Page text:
Background Image

Thursday, October 15

Zelenskiy Flies to Turkey to Sign Military Agreement...Two Countries Cooperate on Combat Drones, Missile Engines, Aircraft...Dnipro’s Pivdenmash Builds Rocket Engines for NASA and EU...Ukraine’s Rocket Man Plans to Launch Alpha From California, Breaking Into Midsize Space Cargo Market
James Brooke
by James Brooke
UBN Morning News is reported and written by James Brooke, a former New York Times foreign correspondent and Bloomberg Moscow Bureau Chief

President Zelenskiy visits Turkey today to sign a bilateral military cooperation agreement. Reflecting growing arms technology ties, Zelenskiy’s 3-day visit follows the visit of Turkey’s Defense Minister Hulusi Akar to Kyiv in July and the visit to Turkey in late August of a Ukrainian arms industry delegation, led by Oleh Urusky, Deputy Prime Minister and Strategic Industries Minister.

Interested in military drones and missile engines, the Ukrainians toured the production facilities of Turkish Aerospace Industries, Roketsan, ASELSAN, and Baykar Makina, Turkey’s leading drone developer. Back in Kyiv, Urusky told Ukrinform, the state news agency, Turkey and Ukraine are creating “a strategic alliance” for defense production. On Sept. 1, ASELSAN, Turkey’s leading defense industry contractor registered a company in Ukraine for “marketing and business development.”

Ukraine plans to buy 50 Bayraktar TB2 combat drones and set up a large-scale assembly line in Ukraine for the unmanned fixed wing aircraft, reports Defense World, a Virginia-based defense news site. “We have agreed on setting up of a large-scale assembly line for these drones in Ukraine,” Vadym Nozdr, CEO of  Ukrspetsexport, tells “Currently, we are choosing a place for the production of the drones.” Ukraine’s Army has already purchased 12 drones and three ground control stations for a reported $69 million.

    Ukraine will eventually export the combat drones under license from Baykar Makina, Nozdr said. Ukrspetsexport, part of the UkrOboronProm conglomerate, will have to right to sell the drones to countries that do not already buy them from Turkey. In the last two years, Bayraktar TB2s have been used in fighting in Libya, Syria and Iraq. Today, Azerbaijan is using them against Armenian forces in Nagorno-Karabakh. As of June 8, at least 19 TB2s are confirmed as destroyed in action, reports Lostarmour website.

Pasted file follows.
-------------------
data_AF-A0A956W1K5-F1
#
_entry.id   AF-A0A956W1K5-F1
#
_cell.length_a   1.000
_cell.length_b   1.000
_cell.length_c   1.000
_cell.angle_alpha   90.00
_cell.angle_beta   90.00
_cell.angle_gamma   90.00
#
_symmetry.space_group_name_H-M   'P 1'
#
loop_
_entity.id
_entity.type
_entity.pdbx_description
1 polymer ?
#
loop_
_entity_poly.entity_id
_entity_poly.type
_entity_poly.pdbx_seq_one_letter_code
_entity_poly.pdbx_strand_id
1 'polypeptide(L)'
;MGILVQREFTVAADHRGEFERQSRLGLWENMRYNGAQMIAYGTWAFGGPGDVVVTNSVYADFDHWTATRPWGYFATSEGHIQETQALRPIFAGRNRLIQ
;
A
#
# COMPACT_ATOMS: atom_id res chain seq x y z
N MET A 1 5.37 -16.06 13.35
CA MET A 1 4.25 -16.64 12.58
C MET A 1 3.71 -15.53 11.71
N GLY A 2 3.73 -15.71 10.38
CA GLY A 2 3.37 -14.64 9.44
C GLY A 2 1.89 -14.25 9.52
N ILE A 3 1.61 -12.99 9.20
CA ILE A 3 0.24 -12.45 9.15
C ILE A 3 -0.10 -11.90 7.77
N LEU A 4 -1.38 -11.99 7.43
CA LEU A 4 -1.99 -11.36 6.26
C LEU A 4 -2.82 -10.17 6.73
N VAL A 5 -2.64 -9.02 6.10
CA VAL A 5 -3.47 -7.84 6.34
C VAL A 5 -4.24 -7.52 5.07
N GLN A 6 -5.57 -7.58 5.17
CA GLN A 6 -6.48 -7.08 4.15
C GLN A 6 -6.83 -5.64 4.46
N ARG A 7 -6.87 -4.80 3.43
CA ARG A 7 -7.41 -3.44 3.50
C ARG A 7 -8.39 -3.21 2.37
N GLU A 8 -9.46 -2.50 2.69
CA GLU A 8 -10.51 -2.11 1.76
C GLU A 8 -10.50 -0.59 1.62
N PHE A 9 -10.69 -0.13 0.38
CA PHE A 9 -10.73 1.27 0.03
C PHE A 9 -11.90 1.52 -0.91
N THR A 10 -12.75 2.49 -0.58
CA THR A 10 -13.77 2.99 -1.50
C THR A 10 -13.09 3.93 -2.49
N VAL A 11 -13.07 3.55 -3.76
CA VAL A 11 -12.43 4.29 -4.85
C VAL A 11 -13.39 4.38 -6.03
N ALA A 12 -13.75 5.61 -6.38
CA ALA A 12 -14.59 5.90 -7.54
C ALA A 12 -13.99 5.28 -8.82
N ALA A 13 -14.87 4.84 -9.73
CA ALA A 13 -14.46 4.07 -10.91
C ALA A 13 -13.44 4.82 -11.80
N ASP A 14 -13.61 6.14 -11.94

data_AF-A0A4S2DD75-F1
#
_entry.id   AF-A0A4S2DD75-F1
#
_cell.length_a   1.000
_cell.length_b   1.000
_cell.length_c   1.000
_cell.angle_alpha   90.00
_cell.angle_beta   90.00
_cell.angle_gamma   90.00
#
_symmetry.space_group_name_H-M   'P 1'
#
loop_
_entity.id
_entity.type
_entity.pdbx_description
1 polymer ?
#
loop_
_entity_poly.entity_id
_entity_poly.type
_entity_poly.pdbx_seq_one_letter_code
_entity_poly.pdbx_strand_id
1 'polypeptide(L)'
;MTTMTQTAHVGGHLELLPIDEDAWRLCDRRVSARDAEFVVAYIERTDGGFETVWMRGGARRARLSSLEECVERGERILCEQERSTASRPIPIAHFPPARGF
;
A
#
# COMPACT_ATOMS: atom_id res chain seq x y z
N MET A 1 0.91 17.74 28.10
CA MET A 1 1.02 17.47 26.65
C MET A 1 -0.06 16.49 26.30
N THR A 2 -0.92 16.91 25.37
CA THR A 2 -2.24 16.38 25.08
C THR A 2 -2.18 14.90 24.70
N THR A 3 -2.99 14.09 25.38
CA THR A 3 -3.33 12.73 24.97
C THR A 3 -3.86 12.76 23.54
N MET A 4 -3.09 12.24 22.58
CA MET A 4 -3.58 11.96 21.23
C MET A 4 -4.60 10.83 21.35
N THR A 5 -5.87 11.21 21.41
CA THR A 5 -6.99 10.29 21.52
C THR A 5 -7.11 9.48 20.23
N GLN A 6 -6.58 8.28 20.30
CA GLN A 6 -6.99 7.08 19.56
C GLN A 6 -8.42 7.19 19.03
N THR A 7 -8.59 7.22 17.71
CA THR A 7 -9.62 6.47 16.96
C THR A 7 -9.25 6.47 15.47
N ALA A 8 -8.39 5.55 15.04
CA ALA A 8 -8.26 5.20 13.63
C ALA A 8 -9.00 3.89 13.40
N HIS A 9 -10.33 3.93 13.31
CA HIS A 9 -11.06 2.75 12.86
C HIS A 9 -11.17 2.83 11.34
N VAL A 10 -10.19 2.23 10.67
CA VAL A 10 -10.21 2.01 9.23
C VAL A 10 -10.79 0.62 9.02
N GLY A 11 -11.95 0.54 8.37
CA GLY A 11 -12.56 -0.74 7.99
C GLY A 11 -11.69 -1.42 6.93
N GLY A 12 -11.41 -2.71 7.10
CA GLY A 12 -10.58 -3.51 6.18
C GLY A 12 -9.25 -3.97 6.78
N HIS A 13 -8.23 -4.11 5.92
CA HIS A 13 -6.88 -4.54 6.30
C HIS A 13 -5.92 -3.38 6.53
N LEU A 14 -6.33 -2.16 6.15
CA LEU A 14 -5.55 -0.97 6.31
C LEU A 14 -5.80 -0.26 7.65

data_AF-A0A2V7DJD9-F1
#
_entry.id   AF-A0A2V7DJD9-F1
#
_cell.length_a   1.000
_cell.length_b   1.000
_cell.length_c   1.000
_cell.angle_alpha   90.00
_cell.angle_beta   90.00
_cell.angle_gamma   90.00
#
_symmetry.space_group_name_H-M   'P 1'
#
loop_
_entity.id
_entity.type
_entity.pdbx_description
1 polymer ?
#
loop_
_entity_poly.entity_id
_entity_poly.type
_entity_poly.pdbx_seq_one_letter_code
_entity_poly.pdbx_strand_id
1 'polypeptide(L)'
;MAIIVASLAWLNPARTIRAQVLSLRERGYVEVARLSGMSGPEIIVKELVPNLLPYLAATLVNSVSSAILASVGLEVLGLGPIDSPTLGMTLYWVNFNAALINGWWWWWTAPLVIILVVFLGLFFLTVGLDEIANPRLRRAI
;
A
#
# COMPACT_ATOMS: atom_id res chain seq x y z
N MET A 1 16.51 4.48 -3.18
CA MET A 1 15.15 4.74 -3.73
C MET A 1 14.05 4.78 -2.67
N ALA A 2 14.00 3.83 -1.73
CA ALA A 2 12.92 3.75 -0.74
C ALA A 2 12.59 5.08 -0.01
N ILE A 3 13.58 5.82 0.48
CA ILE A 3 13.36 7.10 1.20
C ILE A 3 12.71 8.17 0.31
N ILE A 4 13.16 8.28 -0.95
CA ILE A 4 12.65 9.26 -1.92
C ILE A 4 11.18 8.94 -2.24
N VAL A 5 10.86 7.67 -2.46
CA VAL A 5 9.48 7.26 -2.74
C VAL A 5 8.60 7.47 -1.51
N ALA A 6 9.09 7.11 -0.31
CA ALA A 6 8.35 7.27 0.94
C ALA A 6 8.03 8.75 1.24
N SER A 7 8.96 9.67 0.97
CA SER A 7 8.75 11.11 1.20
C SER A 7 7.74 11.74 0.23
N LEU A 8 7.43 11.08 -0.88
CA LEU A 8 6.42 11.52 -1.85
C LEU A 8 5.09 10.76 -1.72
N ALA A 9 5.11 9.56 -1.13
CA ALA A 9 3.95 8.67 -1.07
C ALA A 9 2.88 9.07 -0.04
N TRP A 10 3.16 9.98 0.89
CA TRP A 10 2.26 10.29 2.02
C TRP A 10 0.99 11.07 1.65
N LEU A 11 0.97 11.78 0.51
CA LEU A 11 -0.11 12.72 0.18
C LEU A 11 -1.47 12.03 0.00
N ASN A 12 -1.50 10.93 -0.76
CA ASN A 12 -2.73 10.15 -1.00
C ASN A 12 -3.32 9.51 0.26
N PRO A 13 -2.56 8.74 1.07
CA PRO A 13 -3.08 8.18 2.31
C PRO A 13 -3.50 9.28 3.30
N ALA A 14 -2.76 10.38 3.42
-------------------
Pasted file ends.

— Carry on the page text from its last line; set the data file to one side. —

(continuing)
Zaporizhia-based engine-maker Ivchenko-Progress is producing 12 AI-35 engines to power Turkey’s new Gezgin cruise missile. Similar to the US Tomahawk, the Gezgin can be fired from ships and has a range of 1,000 km, roughly the east-west length of the Black Sea. “We make AI-35 for the Turks — this is for a cruise missile,” Igor Kravchenko, head of the manufacturing for Ivchenko-Progress, tells Ukraine’s Defense Express news site.

    “Turkey-Ukraine work on missile engine could open the door to tech transfer,” Defense World, the US news site headlined Tuesday. Their Ankara-based reporter, Burak Ege Bekdil, writes: “Engine technology cooperation between Black Sea neighbors Turkey and Ukraine could turn into a longer-term business deal involving aircraft production and technology transfer, Turkish officials and analysts agree.” In mid August, Oleksandr Los, the new head of Antonov, Ukraine’s aircraft manufacturer, visited Turkey.

    Kyiv’s Artem Holding, manufacturer of Luch Design Bureau rockets, has completed tests of RS-80, a new unguided aircraft missile, Xinhua, the Chinese news agency,  reported Friday. Designed to destroy tanks, armored personnel carriers, and self-propelled guns, the missile is to be manufactured for Ukraine’s armed forces and for export.

    Dnipro-based Pivdenmash, formerly Yuzmash, is building rocket engines with Northrop Grumman for NASA’s Antares project and engines for the European Space Agency’s Vega rocket, Volodymyr Usov, Head of Ukraine’s State Space Agency, said Saturday at the conference Doing Space In UA. Ukrinform reports he said Ukraine should focus on the niche of producing engines for rockets that place satellites in orbit.